David Ross (right), deputy director of Carphone Warehouse: granted a security over his 17% shareholding in the company without telling other investors or the board

Arthur Cox, the Dublin-based law firm which has just won a contract to provide legal services to Nama, has warned the Financial Regulator that the markets could be led into uninformed speculation if directors are forced to disclose when they grant security over their shareholdings in their own companies.

The warning comes in response to a consultation paper issued by the regulator in April seeking submissions on proposed changes to the rules governing when directors have to inform the market-share transactions. The regulator is considering following the UK regulator by requiring directors to announce if they pledge their shares as security for loans, debt repayment or other investments.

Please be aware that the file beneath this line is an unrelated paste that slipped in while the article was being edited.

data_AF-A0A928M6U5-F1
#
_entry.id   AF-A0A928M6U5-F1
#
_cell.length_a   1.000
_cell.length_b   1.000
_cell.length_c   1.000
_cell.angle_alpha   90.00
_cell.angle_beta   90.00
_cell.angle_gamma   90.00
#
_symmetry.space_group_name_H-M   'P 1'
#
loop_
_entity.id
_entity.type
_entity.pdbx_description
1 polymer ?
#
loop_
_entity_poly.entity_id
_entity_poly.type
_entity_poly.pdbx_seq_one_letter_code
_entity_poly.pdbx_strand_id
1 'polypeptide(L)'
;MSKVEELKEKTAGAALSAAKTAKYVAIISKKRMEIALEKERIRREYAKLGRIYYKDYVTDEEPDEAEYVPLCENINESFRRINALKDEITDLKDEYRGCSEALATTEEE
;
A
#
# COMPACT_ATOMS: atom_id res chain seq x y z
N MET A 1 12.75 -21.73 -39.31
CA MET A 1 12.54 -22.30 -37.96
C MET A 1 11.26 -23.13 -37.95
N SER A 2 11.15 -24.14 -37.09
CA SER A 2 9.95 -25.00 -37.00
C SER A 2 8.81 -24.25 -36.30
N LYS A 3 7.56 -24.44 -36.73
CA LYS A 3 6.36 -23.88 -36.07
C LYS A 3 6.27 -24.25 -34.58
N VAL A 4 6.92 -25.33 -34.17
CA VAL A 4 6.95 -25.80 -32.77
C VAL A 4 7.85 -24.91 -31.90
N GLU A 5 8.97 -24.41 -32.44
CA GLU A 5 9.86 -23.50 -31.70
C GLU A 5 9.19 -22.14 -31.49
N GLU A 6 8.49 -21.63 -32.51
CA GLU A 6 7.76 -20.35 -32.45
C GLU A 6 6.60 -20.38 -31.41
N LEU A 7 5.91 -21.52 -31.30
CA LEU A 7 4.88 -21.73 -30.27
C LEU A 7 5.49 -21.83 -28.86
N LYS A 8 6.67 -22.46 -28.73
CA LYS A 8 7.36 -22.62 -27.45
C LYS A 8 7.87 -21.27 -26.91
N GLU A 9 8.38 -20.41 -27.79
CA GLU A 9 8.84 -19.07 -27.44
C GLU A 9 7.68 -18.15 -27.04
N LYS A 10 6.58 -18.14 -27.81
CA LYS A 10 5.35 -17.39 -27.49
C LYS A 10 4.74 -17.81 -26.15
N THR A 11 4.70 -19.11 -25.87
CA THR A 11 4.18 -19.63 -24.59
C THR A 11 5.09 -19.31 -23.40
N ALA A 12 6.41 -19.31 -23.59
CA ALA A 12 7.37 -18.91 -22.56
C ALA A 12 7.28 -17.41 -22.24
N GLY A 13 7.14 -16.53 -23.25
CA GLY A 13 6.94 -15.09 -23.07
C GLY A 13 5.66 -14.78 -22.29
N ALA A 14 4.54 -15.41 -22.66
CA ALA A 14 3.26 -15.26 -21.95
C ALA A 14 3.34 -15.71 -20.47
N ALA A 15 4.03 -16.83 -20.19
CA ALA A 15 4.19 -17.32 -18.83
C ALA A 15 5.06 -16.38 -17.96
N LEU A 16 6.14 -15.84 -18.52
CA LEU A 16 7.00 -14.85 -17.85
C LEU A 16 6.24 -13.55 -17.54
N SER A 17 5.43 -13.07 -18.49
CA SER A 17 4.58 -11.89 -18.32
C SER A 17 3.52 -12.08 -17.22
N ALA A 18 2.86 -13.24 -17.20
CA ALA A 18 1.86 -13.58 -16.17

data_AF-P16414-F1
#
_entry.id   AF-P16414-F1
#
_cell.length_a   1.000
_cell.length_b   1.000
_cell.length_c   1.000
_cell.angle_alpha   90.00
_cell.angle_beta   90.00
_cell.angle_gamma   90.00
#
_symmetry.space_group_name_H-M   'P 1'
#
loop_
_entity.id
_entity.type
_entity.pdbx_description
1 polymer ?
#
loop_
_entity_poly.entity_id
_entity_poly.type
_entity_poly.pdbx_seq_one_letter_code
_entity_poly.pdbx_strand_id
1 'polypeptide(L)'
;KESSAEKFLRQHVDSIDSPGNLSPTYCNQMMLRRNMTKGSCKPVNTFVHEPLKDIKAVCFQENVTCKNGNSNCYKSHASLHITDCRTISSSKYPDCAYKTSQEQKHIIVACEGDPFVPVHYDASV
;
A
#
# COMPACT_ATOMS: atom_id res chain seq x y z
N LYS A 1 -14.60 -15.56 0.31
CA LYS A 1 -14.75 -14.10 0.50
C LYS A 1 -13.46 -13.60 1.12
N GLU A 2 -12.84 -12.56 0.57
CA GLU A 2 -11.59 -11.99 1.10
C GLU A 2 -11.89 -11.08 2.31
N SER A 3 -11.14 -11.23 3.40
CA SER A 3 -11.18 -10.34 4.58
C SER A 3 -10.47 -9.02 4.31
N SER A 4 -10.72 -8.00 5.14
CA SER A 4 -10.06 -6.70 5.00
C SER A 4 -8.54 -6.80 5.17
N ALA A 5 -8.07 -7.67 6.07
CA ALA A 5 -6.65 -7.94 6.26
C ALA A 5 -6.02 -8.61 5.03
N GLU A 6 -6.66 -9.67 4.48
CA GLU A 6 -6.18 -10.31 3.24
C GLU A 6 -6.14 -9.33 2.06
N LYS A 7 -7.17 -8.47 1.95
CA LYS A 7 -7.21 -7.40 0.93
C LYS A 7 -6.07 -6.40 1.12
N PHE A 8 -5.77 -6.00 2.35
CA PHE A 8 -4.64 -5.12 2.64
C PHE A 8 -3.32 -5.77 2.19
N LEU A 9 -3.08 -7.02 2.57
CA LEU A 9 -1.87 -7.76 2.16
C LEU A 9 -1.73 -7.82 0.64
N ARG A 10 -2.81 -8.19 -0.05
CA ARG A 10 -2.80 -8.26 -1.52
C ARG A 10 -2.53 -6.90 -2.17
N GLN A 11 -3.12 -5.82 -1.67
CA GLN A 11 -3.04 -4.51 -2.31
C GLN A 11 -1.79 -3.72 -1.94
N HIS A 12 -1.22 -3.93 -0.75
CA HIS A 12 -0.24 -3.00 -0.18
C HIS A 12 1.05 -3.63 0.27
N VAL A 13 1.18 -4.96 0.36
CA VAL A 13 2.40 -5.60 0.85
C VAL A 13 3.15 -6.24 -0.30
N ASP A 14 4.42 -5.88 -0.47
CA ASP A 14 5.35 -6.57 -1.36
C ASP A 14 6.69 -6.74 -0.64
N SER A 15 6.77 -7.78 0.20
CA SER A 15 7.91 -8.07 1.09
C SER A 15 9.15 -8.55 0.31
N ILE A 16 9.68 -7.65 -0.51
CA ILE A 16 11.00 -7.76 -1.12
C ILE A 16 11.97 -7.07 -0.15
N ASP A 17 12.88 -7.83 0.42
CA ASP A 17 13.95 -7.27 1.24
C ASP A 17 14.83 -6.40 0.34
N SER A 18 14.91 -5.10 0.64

The UK move came after it emerged that the financially troubled deputy director of Carphone Warehouse, David Ross, had granted a security over his 17% shareholding in the company without informing shareholders or the rest of the board.

Arthur Cox, along with A&L Goodbody, have recommended that the existing market-abuse rules in Ireland should not address such situations, since they could lead investors to trade on misleading and incomplete information.

Other parties, however, are pushing for a change in the law or a widening of its application. Stockbrokers Davy and Goodbody, along with the Irish Stock Exchange, made submissions calling for a new market-abuse law, in line with an agreed EU position, requiring disclosure of grants of security, since investors would need to know where ultimate control of a shareholding sits.

The consumer panel which advises the regulator submitted that the existing law was sufficient to force new types of disclosure if the regulator was willing to apply it more broadly.